Mapping of prostate cancer genes opens the door to new treatments

May 20, 2008

Genetic changes during the initiation and progression of prostate cancer have eluded scientists to date. Now for the first time researchers have identified a specific gene expression profile of prostate cancer stem cells, with important implications for future treatments.

The findings, published in BioMed Central’s open access journal Genome Biology, revealed 581 genes that are differentially expressed in certain prostate cancer cells, highlighting several pathways important in the cancer stem-cells biology, and offering targets for new chemopreventative and chemotherapeutic approaches.

The cells in the study represent less than 0.1% of prostate cancer tumors, and have properties that mark them out as cancer stem cells. The cells renew themselves, are highly invasive, and have a longer lifetime than normal stem cells. They also feature a primitive epithelial phenotype and can differentiate to recapitulate phenotypes seen in prostate tumors. The cells are found in all stages and types of prostate cancer.

Expression profiling of prostate cancers typically uses tumor cell mass samples to identify individual genes. In this study, researchers harnessed advances in microarray and target labelling technologies to produce a functionally annotated expression profile of these prostate cancer stem cells.

The team, from the YCR Cancer Research Unit at the University of York and Pro-cure Therapeutics Ltd, created a malignant stem cell signature by combining genes significantly overexpressed in stem cells with those significantly overexpressed in malignant stem cells. Quantitative RT-PCR, flow cytometry and immunocytochemistry were used to validate the gene expression changes.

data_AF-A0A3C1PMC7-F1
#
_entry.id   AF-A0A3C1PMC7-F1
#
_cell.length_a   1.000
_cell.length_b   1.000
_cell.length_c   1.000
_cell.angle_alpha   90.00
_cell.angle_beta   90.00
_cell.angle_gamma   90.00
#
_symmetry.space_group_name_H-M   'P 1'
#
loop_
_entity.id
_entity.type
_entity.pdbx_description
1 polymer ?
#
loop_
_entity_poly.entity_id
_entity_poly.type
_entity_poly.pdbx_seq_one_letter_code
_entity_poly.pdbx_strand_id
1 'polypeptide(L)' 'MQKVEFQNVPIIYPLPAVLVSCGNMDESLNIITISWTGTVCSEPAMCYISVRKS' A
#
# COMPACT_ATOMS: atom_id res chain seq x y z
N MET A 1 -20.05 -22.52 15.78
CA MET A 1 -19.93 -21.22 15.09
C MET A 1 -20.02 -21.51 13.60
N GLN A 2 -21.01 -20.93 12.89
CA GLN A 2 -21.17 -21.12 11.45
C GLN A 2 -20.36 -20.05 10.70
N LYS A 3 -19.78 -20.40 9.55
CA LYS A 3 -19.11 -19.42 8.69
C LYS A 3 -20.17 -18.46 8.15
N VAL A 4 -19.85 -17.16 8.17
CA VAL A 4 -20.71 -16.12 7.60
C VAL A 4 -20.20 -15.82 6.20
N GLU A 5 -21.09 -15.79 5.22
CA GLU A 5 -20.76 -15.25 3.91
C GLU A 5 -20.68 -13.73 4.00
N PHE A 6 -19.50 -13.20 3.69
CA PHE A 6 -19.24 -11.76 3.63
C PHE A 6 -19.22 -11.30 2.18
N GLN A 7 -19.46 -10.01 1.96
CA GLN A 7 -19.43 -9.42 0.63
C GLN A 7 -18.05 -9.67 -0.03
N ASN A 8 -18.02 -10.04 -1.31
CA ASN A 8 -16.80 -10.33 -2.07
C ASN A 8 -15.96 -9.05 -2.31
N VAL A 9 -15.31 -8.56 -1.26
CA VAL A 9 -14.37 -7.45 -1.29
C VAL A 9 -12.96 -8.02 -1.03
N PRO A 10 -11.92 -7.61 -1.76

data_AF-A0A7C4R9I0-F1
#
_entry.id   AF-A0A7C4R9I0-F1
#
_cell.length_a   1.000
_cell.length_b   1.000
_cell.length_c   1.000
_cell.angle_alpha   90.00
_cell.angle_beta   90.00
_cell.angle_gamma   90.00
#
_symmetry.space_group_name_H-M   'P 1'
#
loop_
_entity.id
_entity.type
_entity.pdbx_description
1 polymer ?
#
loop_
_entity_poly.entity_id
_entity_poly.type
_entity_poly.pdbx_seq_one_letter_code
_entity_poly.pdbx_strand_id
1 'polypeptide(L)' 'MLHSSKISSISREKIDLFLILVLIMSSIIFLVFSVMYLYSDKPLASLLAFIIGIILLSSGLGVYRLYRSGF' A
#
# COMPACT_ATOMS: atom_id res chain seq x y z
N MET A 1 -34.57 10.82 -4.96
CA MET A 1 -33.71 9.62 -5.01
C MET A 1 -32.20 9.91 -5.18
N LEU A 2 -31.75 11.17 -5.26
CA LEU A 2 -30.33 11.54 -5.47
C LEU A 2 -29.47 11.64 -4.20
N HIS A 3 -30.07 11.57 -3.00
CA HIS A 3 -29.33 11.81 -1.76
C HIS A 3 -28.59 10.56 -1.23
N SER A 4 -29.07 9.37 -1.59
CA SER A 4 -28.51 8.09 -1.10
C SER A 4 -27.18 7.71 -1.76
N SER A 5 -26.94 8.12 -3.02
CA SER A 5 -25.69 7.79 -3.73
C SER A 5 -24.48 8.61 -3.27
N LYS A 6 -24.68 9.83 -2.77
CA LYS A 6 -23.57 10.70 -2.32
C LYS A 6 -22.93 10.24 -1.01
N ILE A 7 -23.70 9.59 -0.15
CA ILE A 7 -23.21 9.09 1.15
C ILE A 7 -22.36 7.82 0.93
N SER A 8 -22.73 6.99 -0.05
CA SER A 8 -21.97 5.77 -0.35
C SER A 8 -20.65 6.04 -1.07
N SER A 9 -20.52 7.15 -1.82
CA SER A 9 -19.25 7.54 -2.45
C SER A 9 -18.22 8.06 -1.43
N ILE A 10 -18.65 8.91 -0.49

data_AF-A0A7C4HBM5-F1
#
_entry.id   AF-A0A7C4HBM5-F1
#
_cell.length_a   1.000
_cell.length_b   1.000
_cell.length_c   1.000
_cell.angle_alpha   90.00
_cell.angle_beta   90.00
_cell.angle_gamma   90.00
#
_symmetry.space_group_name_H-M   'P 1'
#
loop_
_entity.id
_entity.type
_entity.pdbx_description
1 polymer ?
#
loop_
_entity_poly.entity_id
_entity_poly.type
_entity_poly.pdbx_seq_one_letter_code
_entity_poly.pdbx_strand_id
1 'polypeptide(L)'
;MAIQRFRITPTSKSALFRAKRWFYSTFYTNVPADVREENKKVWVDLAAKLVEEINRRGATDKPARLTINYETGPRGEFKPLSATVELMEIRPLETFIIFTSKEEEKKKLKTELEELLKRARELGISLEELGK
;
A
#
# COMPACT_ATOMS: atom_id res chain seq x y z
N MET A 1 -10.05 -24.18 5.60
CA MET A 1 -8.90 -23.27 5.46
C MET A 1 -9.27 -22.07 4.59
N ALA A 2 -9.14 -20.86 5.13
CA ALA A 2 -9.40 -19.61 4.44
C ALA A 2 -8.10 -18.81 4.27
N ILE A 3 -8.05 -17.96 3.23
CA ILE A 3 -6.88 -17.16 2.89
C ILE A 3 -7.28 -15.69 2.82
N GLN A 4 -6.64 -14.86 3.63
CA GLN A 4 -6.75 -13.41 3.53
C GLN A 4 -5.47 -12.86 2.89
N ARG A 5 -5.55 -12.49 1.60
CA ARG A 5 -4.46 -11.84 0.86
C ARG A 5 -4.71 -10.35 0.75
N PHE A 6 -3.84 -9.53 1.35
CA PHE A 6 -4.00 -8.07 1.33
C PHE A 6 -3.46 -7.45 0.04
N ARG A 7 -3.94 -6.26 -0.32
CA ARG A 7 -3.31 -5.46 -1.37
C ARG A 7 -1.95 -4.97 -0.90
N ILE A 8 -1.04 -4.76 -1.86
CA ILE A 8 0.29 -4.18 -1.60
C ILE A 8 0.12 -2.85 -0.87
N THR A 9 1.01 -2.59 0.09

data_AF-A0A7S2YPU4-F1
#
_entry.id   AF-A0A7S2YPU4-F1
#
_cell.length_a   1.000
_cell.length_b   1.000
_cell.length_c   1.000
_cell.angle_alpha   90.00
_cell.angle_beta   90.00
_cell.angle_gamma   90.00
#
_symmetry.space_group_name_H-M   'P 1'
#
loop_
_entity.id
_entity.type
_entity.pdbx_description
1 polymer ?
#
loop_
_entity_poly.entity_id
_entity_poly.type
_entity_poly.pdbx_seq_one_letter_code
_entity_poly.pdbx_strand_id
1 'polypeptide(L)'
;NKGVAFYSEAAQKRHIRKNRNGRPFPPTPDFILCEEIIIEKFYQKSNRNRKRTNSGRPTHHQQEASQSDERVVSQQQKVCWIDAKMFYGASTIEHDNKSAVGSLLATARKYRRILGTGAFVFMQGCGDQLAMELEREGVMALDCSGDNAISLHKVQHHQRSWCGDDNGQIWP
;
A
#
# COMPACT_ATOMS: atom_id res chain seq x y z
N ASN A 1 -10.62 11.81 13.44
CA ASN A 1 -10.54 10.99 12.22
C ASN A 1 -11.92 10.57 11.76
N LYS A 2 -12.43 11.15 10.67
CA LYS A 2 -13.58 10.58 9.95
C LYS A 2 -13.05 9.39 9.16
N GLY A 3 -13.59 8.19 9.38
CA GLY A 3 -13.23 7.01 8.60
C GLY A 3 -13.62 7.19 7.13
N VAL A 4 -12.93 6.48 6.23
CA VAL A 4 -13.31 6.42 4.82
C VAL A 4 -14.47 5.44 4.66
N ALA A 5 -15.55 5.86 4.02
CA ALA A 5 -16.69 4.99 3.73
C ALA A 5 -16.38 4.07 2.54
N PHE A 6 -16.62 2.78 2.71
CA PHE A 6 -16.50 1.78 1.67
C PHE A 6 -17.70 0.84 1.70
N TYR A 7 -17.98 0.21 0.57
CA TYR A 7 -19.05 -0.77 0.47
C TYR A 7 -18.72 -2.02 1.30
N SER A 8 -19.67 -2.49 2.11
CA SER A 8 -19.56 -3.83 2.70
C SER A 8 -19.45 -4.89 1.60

Genes associated with inflammation were prominent in the cancer stem cell expression profile. Potential therapeutic target NFκB is known to promote cell survival. The researchers showed that an NFκB inhibitor triggered programmed cell death in cancer stem cells, but spared normal stem cells. This provides a potential therapeutic target for this rare group of cells, which are unlikely to be affected by current chemotherapy regimens.

“For the first time we are looking at the subpopulation of cancer cells which actually initiate new tumors” explains Anne Collins, who coordinated the study. “The genetic profiling we have carried out should stimulate new lines of research directed towards stem cell treatments for cancer”

Source: BioMed Central

Explore further: New cancer drug target involving lipid chemical messengers

add to favorites email to friend print save as pdf

Related Stories

New tool aids stem cell engineering for medical research

Aug 28, 2014

A Mayo Clinic researcher and his collaborators have developed an online analytic tool that will speed up and enhance the process of re-engineering cells for biomedical investigation. CellNet is a free-use Internet platform ...

Recommended for you

User comments : 1

Adjust slider to filter visible comments by rank

Display comments: newest first

E_L_Earnhardt
not rated yet May 21, 2008
Defining the "gene" and its "mode of expression" is imperative! Is it a "molecule" and its mode of expression an "electron" with certain "spin"? The debate is long overdue! Let physicists into the lab!